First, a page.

Fantastic Maps of American History

I think I need to start blogging more regularly about my finds in Boston area used bookstores.  Yesterday afternoon it was Atlas of American History, edited by James Truslow Adams and published by Scribners in 1943.  I paid five bucks for this book, which, following a beautifully simple plan, consists of 147 full page maps.  There are no paragraphs of text aside from the briefest notes where they can be fit into the maps themselves, and (a somewhat strange claim) there are no “nonexact pictorial interpretations”.  It works, though, and some of the maps are incredible.


I guess I’m always thinking about maps, but this book fits particularly well with some other things I’ve seen lately.  A little while ago the London Review of Books casually upended the world when they published a remark to the effect that the names of Tolkien’s hobbits were derived from American sources, in Appalachia to be specific.  The Boston Public Library is putting on an exhibit of maps of imaginary worlds.  They had Narnia, Middle Earth, and Westeros, but also Redwall; it was nothing revelatory, perhaps, but still cool to see them large and in one place.  Look at some of the place names on the map below.  What’s so fantastical, so outlandish, about fantasy?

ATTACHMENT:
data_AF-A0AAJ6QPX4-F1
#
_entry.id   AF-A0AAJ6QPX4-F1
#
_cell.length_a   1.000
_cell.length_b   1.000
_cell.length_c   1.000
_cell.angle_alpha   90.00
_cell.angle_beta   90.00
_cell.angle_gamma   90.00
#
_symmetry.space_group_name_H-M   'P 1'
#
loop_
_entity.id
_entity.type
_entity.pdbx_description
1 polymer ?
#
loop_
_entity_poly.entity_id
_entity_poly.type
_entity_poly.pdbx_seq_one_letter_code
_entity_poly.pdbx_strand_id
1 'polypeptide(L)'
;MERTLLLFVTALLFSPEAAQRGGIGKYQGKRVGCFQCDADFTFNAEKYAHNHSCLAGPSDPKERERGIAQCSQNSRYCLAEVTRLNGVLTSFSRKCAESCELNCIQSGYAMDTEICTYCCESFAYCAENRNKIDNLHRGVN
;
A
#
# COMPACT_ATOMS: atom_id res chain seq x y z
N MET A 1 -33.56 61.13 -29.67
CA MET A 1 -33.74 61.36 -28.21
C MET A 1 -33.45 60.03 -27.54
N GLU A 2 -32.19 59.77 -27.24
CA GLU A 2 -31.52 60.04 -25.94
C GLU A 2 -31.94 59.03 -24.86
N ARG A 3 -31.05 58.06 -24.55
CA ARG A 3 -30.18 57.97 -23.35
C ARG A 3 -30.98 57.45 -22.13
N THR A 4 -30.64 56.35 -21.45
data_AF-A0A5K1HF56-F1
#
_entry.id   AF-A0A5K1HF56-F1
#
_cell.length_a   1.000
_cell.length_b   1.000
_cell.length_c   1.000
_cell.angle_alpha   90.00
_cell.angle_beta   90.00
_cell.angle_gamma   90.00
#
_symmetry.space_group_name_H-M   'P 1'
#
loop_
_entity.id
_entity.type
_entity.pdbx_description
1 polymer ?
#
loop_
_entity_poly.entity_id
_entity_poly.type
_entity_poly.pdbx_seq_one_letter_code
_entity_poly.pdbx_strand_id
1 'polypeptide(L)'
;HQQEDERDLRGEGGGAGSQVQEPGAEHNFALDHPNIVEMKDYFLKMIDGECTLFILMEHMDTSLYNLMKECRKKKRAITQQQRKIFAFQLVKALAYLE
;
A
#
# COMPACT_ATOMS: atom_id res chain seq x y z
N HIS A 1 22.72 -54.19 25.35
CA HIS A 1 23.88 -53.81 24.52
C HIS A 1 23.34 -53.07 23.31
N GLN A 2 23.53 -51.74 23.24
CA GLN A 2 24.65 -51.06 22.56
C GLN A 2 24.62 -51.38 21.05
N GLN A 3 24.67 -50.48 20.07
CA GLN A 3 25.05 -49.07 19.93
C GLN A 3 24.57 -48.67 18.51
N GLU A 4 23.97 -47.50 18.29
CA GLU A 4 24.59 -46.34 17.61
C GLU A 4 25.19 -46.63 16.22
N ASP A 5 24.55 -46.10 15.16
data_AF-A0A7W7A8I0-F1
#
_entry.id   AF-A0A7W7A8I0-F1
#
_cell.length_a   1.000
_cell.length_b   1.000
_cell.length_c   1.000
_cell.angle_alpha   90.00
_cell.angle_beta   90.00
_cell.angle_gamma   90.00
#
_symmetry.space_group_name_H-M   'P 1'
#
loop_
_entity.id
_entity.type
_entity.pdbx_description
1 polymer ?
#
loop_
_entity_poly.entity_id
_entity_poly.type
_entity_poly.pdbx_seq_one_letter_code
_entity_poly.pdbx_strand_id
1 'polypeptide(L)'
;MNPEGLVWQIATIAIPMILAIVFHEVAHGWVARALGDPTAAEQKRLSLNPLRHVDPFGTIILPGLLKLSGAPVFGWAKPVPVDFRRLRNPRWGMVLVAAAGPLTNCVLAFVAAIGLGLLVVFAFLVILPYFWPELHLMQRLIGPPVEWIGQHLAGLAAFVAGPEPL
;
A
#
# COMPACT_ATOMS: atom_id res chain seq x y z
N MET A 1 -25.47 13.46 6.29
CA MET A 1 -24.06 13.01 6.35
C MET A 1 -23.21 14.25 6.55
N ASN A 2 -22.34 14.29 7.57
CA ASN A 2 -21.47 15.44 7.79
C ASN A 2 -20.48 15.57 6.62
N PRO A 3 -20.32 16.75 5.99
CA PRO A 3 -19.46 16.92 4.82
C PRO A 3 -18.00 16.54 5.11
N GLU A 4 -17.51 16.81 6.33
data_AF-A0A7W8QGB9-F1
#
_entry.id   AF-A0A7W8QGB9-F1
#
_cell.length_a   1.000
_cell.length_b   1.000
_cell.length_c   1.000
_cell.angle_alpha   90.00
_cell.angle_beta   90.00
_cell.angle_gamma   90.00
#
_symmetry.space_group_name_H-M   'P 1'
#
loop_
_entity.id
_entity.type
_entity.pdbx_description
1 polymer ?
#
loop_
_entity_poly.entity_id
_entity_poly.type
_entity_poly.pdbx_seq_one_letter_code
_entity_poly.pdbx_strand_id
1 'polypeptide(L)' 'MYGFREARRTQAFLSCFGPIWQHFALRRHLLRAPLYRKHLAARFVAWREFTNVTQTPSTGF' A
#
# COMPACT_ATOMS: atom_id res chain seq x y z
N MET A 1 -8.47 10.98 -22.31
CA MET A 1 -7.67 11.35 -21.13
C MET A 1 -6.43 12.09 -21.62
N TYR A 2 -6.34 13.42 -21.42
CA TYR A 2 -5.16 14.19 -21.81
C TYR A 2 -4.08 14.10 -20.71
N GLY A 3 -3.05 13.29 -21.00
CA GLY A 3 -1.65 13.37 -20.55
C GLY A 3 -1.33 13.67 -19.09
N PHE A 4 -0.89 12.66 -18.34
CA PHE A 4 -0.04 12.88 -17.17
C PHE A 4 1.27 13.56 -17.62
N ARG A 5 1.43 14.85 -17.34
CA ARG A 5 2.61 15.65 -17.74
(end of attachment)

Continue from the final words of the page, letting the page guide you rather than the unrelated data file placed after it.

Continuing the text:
Holy shit, look at this map!

Homann's Scandinavia of 1730

Homann’s Scandinavia of 1730

As soon as I saw today’s featured picture on Wikipedia, I knew I had to rave about it somewhere.  Wikipedia has no “like” buttons, probably for a good reason, but thanks to it and the beautiful institution of the Public Domain, I can copy it here.  Does the internet get any better than this?

I’ve seen my share of old maps, not only as popular backgrounds to everything, overblown to pixelation, but in the flesh, and way out of my price range, at the Boston Antiquarian Book Fair.  This one is in a special class, though.  Without egregious distortions of the physical terrain, it presents an unfamiliar political division.  What is going on in Sweden?  Look at the tastefully subtle coloration.  Visit Wikimedia Commons here, and zoom in on the original.  Are all of these places real?  Didn’t I read about some of them in Egil’s Saga?  Are they all still there?  Look at the forests and mountain ranges.  At this level of detail, the stylization hardly seems to matter.  Written three hundred years ago in Latin, French, and German, it is still utterly intelligible.

Perhaps you understand why I find geography so fascinating, why I cover my walls in maps and learn them by heart?